Spring 2015 Newsletter | Biology | Marquette University

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1970-1979

Wehr Life Sciences Lobby

Lobby of the Wehr Life Sciences Building in 1975

 

Dr. Peter Abramoff
Dr. Peter Abramoff in 1975

The decade of the 1970’s began and ended under the leadership of Dr. Peter Abramoff as chair of the department.


There was a significant turnover in faculty in this period, with about a dozen changeovers throughout the decade. Some were terminated or had contracts not renewed, while others left for other opportunities. Seven of these new faculty remained with the department, including recent retirees Drs. James Courtright, Gail Waring and Stephen Munroe as well as Dr. Robert Fitts who is still here.


By 1977, the 20 full time faculty were utilizing the Wehr Life Sciences building at its maximum capacity. Already they foresaw the need of expansion or renovation to accommodate future expansion or growth of the biological sciences program. Compromises made during construction also caused problems. The steam supply for the autoclaves was insufficient, fume hoods exceeded fan capacities, and the department office wasn’t air conditioned leading to temperatures routinely in the high 80’s.


 

1976 Advising

Dr. Robert Thomson discusses the biology curriculum with students in 1976

 

 

In the late 1960’s Dr. Abramoff led the revisions of both the graduate and undergraduate curriculums. Other than adjustments to course offerings based on college requirements and teaching staff limitations, the department held steady with no major policy changes during the whole of the decade.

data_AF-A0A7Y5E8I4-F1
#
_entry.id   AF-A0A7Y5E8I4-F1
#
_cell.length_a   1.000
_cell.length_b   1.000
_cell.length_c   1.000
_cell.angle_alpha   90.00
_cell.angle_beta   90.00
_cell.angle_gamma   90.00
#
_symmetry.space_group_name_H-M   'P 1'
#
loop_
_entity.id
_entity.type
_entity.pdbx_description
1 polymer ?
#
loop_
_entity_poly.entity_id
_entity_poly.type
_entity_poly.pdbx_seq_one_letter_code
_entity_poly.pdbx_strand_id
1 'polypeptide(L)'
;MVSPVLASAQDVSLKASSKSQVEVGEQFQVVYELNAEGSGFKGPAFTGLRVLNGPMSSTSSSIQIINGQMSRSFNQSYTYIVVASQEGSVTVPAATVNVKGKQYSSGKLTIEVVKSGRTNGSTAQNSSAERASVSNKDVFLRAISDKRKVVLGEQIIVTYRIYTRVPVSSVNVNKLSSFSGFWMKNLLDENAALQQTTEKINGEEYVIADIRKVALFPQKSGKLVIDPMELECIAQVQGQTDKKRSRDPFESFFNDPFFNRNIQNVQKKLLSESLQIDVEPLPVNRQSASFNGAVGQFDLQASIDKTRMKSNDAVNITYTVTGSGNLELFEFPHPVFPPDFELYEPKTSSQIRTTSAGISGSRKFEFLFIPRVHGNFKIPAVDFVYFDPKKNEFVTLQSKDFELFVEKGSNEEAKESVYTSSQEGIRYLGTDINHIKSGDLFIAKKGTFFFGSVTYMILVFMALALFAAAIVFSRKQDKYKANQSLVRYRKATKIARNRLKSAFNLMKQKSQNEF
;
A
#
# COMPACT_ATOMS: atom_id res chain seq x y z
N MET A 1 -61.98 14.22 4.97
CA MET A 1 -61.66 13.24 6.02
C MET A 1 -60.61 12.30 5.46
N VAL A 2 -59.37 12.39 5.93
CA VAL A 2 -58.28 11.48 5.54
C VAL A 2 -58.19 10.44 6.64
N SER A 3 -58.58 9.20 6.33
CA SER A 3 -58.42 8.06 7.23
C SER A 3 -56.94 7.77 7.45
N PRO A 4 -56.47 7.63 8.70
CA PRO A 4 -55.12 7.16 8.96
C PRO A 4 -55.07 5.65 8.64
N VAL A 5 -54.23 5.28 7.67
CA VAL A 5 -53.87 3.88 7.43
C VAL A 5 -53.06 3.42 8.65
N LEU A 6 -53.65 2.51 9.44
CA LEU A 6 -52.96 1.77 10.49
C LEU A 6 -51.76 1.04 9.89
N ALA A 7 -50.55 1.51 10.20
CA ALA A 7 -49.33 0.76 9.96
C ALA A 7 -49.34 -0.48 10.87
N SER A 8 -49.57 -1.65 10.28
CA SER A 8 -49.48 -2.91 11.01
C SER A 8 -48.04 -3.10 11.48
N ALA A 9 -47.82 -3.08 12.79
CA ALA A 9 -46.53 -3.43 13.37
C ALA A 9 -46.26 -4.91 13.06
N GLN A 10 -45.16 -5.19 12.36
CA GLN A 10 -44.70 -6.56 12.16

Dr. Abramoff lectures

Dr. Peter Abramoff leads a premedical advising session during orientation in 1974


In the early seventies, the number of undergraduate biology majors boomed. Most of these students were interested in professional careers in medicine and dentistry. Department leaders figured that this was influenced by a national declining trend of professional jobs in engineering, physics, and chemistry. The late sixties saw 20-30% of the Introductory Biology course as pre-professional students. By 1972, this group represented some 70% of the students. As the number of students majoring in biology increased, so did the department’s ability to place them in medical, dental, graduate, and other health related programs. The trend reversed itself after about 1975. From a peak of 550 declared biology majors, the later seventies saw major numbers level off around 275.

 

 

Image credits: Department of Special Collections and University Archives, Marquette University Libraries


 

 


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Biological Sciences Department

Marquette University, Wehr Life Sciences
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Milwaukee, WI 53201-1881
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